To rephrase the point,
if there are so many talented blacks in the talent pool,
why are so many government operations in the D.C. area such a mess?

Two very prominent examples are the U.S. government's cybersecurity and the D.C. crime lab.
Surely the U.S. Office of Personnel Management under the Obama administration
was not exactly run on racist lines.
One might think that diversity inside the OPM would have been quite prevalent.
Can talented blacks make their mark their, and help the nation?

The D.C. crime lab has not made such headlines,
but has had a record of failure,
despite the D.C. government having invested $220 million in its building and equipment,
with its analysts being described as "not competent."
I don't know the racial makeup of its staff,
but surely if there were talented blacks capable of doing the work at the crime lab,
the D.C. government would not be averse to hiring them.

I am sure the analysis above is incomplete,
but I wonder if its general direction is not accurate:
That the more successful parts of the economy seem to be the least diverse,
while the least successful parts are the most diverse.
Is that a misconception on my part?

Now another news article from the Washington Post:

Obama administration joins the push for diversity in Silicon Valley
By Cecilia Kang
Washington Post, 2015-08-05

[This "news article" is replete with words indicating the bias of the reporter.
They represent her opinions, and constitute editorializing, not reporting.
I have put them in red italics to indicate them.
Also I have highlighted one of her revealing remarks
by putting it on a red background.]

The Obama administration Tuesday joined a push
to increase diversity in the tech sector,
announcing commitments by
an array of venture capital investors and Silicon Valley firms
to hire and promote more women and minorities.

In the announcement,
to be made during the White House's first Demo Day for startups,
40 venture capital firms including Andreessen Horowitz and Kleiner Perkins
promised to focus on funding startups led by female and minority founders.
Companies such as Intel, Box, and Pinterest committed to a battery of programs
including mandatory interviews of minorities in recruiting as well as
partnerships with universities to improve the pipeline for talent.

["improve"? Is imposing a racial and gender spoils system an improvement?
Not in my book.]

The efforts, the most comprehensive from the tech sector yet,
come amid a growing concern that
the most vibrant sector of the economy
is largely leaving out
women and minority workers and leaders.
But even with the White House's support,
it will be difficult to significantly change the embarrassing paucity of diversity
without more explicit and stronger commitments by companies and venture firms,
civil rights groups and political leaders say.

Come on, this isn't reporting; it's editorializing.]

Scrutiny over Silicon Valley's lack of diversity has intensified with
dismal reports on the state of minority hiring
by leading companies such as Facebook, Yahoo, and others.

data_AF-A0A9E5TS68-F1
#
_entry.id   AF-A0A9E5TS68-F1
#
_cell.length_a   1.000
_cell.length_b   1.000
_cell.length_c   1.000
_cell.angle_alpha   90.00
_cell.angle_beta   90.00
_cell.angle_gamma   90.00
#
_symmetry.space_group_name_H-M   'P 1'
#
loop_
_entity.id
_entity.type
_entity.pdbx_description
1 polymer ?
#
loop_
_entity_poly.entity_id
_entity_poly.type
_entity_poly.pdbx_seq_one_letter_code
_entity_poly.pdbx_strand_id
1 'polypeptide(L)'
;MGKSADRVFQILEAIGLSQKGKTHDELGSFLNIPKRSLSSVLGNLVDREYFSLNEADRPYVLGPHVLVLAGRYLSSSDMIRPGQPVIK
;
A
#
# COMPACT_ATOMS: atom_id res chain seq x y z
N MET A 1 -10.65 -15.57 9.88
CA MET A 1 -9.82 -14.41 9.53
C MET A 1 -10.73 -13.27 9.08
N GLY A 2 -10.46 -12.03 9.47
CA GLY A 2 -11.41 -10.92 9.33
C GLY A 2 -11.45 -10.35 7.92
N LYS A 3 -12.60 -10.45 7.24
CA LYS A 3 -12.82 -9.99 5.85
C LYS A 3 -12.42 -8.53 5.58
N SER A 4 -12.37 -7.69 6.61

In particular, the percentage of blacks and Hispanics significantly lag
the number of those minorities obtaining engineering degrees from universities
or their representation in the overall labor force.
And those numbers haven't improved in recent years.
Yahoo said last month that African Americans comprised 2 percent of its workers,
while Hispanics were at 4 percent.
Facebook said last month that it had employed just 81 blacks among its 5,500 U.S. workers in 2014.

Some at these companies say that "unconscious biases" can lead white men who dominate the venture capital world to hire largely among their own social, business and school networks.
And several companies, such as Box, Indiegogo and DropBox, said they will train their staff to be more aware of such issues.

IBM said it would expand its relationship with the group Girls Who Code. Facebook and Microsoft say they are focusing on expanding diversity in its vast ecosystem of corporate partners. Amazon announced plans to change their screening of engineering recruits to lessen potential biases.

And some studies have shown diversity leads to higher financial returns.

"Not only is it the right thing to do,
it's highly profitable to have a diverse team,"
said Obama's top tech aide U.S. Chief Technology Officer Megan Smith.

[Yeah, maybe with enough help from Washington
Silicon Valley can have a computer operation as high quality as
that of the OPM,
or the operation that produced the healthcare.gov website.
Washington has such a record of success with managing computer systems, right?]

But some civil rights advocates say the most effective efforts are
to set clear targets for hiring
and to invest heavily in funding startups expressly run by minorities.

"The thrust of the problem is systemic institutional racism.
Unconscious bias tends to reduce the problem to a personal level,
which is not the right way to look at this,"
said Butch Wing, the head of Silicon Valley civil rights efforts for the Rainbow PUSH Coalition.

[Yeah, maybe with enough push from the black community
America can have an economy like, say, Nigeria or Kenya have.]

Some tech companies said they would do more than just train workers.
This week, Intel said it would double its recruitment referral bonus of women, minority and veteran job candidates
and has set a goal of making its workforce reflect the demographics of the overall labor force in five years.
The company has also committed $250 million in funding of minority-run startups.